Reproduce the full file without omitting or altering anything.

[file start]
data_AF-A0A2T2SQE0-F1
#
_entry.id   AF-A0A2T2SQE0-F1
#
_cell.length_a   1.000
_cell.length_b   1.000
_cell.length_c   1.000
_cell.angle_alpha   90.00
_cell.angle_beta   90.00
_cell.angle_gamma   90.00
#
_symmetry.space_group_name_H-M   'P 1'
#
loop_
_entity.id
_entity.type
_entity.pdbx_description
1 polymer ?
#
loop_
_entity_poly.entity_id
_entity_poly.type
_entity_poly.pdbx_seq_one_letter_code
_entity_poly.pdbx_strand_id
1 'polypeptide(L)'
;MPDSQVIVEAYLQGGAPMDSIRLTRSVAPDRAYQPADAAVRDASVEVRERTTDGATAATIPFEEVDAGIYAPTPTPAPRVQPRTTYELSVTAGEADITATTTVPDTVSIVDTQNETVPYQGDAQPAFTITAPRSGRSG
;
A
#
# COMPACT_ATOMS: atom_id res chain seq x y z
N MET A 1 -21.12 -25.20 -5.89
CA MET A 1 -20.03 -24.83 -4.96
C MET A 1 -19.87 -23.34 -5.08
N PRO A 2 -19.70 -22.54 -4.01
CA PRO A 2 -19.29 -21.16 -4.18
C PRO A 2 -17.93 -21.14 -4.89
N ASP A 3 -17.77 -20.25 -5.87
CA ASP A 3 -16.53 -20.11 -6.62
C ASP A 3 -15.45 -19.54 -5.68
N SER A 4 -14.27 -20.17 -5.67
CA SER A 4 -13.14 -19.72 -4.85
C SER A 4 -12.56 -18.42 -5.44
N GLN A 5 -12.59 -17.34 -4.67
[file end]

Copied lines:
data_AF-A0A2T2SQE0-F1
#
_entry.id   AF-A0A2T2SQE0-F1
#
_cell.length_a   1.000
_cell.length_b   1.000
_cell.length_c   1.000
_cell.angle_alpha   90.00
_cell.angle_beta   90.00
_cell.angle_gamma   90.00
#
_symmetry.space_group_name_H-M   'P 1'
#
loop_
_entity.id
_entity.type
_entity.pdbx_description
1 polymer ?
#
loop_
_entity_poly.entity_id
_entity_poly.type
_entity_poly.pdbx_seq_one_letter_code
_entity_poly.pdbx_strand_id
1 'polypeptide(L)'
;MPDSQVIVEAYLQGGAPMDSIRLTRSVAPDRAYQPADAAVRDASVEVRERTTDGATAATIPFEEVDAGIYAPTPTPAPRVQPRTTYELSVTAGEADITATTTVPDTVSIVDTQNETVPYQGDAQPAFTITAPRSGRSG
;
A
#
# COMPACT_ATOMS: atom_id res chain seq x y z
N MET A 1 -21.12 -25.20 -5.89
CA MET A 1 -20.03 -24.83 -4.96
C MET A 1 -19.87 -23.34 -5.08
N PRO A 2 -19.70 -22.54 -4.01
CA PRO A 2 -19.29 -21.16 -4.18
C PRO A 2 -17.93 -21.14 -4.89
N ASP A 3 -17.77 -20.25 -5.87
CA ASP A 3 -16.53 -20.11 -6.62
C ASP A 3 -15.45 -19.54 -5.68
N SER A 4 -14.27 -20.17 -5.67
CA SER A 4 -13.14 -19.72 -4.85
C SER A 4 -12.56 -18.42 -5.44
N GLN A 5 -12.59 -17.34 -4.67